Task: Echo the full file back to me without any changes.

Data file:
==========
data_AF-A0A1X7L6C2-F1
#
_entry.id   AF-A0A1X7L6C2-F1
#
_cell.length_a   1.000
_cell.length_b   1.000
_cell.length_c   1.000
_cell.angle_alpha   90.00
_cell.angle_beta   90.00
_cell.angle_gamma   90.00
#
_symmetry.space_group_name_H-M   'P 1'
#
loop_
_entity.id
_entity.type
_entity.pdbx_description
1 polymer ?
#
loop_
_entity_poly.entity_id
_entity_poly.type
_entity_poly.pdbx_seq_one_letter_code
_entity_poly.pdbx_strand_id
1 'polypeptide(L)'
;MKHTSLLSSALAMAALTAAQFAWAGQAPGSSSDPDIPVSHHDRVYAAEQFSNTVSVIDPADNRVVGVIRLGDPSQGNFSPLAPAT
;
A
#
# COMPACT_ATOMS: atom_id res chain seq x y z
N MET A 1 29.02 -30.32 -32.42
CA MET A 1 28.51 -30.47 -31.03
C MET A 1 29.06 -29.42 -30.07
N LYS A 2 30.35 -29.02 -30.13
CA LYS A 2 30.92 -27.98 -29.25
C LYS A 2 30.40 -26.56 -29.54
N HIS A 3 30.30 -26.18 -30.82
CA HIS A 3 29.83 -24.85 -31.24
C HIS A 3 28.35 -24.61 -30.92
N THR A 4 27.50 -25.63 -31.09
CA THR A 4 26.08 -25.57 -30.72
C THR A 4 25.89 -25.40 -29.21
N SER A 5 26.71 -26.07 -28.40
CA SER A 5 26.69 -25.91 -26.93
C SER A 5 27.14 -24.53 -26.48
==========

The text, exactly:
data_AF-A0A1X7L6C2-F1
#
_entry.id   AF-A0A1X7L6C2-F1
#
_cell.length_a   1.000
_cell.length_b   1.000
_cell.length_c   1.000
_cell.angle_alpha   90.00
_cell.angle_beta   90.00
_cell.angle_gamma   90.00
#
_symmetry.space_group_name_H-M   'P 1'
#
loop_
_entity.id
_entity.type
_entity.pdbx_description
1 polymer ?
#
loop_
_entity_poly.entity_id
_entity_poly.type
_entity_poly.pdbx_seq_one_letter_code
_entity_poly.pdbx_strand_id
1 'polypeptide(L)'
;MKHTSLLSSALAMAALTAAQFAWAGQAPGSSSDPDIPVSHHDRVYAAEQFSNTVSVIDPADNRVVGVIRLGDPSQGNFSPLAPAT
;
A
#
# COMPACT_ATOMS: atom_id res chain seq x y z
N MET A 1 29.02 -30.32 -32.42
CA MET A 1 28.51 -30.47 -31.03
C MET A 1 29.06 -29.42 -30.07
N LYS A 2 30.35 -29.02 -30.13
CA LYS A 2 30.92 -27.98 -29.25
C LYS A 2 30.40 -26.56 -29.54
N HIS A 3 30.30 -26.18 -30.82
CA HIS A 3 29.83 -24.85 -31.24
C HIS A 3 28.35 -24.61 -30.92
N THR A 4 27.50 -25.63 -31.09
CA THR A 4 26.08 -25.57 -30.72
C THR A 4 25.89 -25.40 -29.21
N SER A 5 26.71 -26.07 -28.40
CA SER A 5 26.69 -25.91 -26.93
C SER A 5 27.14 -24.53 -26.48